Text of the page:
When applied to the infected eyes, each prescription works to target pink eye symptoms like redness, discharge, and discomfort before alleviating them shortly after application. 

Can I treat pink eye myself?

In many cases, pink eye symptoms will be reduced on their own within several days that, after resting, hydrating, and use of over-the-counter medication. However, medical professionals insist upon seeking out a consultation to prevent lasting damage from the infection or to stop it from spreading to others.

Should you stay home with pink eye?

In cases of bacterial or viral conjunctivitis, it's advisable to stay home until you've been on appropriate treatment for at least 24 hours to prevent spreading the infection to others. Viral conjunctivitis, in particular, can be highly contagious in its initial stages. If your pink eye is caused by allergens or irritants, staying home may not be necessary unless your discomfort is severe. However, if your symptoms are disruptive, itchy, or affecting your vision, it's a good idea to rest and seek medical advice. (6)

How do you prevent getting pink eye?

  • Hand Hygiene: Wash your hands frequently with soap and water, especially after touching your face, eyes, or objects that might be contaminated.
  • Avoid Touching Eyes: Refrain from touching your eyes with unwashed hands to reduce the risk of introducing germs.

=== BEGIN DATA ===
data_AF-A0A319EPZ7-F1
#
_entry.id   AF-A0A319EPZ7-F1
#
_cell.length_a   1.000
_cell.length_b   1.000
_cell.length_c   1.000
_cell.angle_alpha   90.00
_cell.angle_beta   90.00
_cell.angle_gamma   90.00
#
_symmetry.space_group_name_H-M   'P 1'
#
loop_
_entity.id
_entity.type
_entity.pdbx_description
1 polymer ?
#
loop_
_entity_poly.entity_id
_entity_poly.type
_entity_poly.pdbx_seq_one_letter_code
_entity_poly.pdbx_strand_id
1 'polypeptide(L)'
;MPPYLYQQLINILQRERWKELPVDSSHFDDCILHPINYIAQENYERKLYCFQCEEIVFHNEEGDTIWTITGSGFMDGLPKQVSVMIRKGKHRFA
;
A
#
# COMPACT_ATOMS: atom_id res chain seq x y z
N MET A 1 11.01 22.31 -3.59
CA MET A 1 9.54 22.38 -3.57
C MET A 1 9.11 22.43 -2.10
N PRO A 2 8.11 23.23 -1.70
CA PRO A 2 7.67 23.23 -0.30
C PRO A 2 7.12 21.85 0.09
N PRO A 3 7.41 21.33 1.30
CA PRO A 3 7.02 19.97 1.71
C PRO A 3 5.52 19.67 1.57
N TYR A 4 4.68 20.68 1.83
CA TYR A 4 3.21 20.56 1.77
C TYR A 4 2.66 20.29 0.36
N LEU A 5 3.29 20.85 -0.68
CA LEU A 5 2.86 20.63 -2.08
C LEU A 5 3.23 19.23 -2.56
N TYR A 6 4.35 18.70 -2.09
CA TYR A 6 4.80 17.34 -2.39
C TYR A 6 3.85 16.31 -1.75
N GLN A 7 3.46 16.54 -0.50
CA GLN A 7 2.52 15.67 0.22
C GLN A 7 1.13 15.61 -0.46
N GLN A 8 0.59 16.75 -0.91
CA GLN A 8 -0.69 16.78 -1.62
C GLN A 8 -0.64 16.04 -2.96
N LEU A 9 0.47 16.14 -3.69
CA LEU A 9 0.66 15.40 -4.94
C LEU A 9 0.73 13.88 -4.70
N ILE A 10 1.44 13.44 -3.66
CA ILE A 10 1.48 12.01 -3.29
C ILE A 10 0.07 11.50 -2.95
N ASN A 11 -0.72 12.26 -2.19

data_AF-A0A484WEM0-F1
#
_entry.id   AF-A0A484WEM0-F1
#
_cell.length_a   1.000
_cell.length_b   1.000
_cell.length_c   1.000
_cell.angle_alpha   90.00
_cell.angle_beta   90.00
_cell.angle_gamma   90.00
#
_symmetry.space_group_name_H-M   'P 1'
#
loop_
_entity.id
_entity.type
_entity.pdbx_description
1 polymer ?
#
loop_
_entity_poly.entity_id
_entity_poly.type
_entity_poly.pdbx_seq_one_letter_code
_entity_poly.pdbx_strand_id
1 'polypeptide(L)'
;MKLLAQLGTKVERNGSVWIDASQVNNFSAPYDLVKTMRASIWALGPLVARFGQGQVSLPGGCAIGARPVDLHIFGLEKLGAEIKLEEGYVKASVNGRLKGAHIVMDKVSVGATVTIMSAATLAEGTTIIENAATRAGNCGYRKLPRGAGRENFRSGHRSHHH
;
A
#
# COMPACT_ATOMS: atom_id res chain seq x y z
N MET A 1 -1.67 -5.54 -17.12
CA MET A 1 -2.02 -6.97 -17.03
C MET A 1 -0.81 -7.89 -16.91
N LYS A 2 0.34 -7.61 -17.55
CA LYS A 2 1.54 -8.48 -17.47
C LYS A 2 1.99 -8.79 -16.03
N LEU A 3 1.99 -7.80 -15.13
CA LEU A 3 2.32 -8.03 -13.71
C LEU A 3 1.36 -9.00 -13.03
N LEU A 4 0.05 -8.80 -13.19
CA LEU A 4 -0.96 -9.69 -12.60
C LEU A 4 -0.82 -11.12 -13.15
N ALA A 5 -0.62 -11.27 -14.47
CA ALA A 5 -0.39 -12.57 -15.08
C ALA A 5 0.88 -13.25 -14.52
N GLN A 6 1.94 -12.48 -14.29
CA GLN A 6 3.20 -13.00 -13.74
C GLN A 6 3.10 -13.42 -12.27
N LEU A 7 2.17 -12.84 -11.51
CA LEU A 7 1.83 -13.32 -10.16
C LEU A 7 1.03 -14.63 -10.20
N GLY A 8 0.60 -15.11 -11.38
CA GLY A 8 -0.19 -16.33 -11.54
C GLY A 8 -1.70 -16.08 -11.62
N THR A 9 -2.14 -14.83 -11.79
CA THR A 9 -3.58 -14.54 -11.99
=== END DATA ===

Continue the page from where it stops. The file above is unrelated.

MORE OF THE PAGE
• Avoid Sharing Personal Items: Do not share items like towels, pillowcases, cosmetics, or contact lenses with others, as these can spread germs that cause pink eye.
  • Practice Good Contact Lens Hygiene: If you wear contact lenses, follow proper hygiene guidelines, such as washing hands before handling lenses, using proper cleaning solutions, and replacing lenses as recommended.
  • Protective Eyewear: Use protective eyewear, such as goggles, when swimming in pools or engaging in activities where exposure to irritants or contaminants is possible.
  • Allergen Avoidance: If you have allergies that trigger pink eye, such as pollen or pet dander, try to avoid allergens or use appropriate measures to minimize exposure.
  • Good Respiratory Hygiene: Cover your mouth and nose when coughing or sneezing to prevent respiratory droplets from coming into contact with your eyes.
  • Regular Eye Care: Maintain good eye health and hygiene by not rubbing your eyes excessively and cleaning your eyelids with mild soap and water as needed.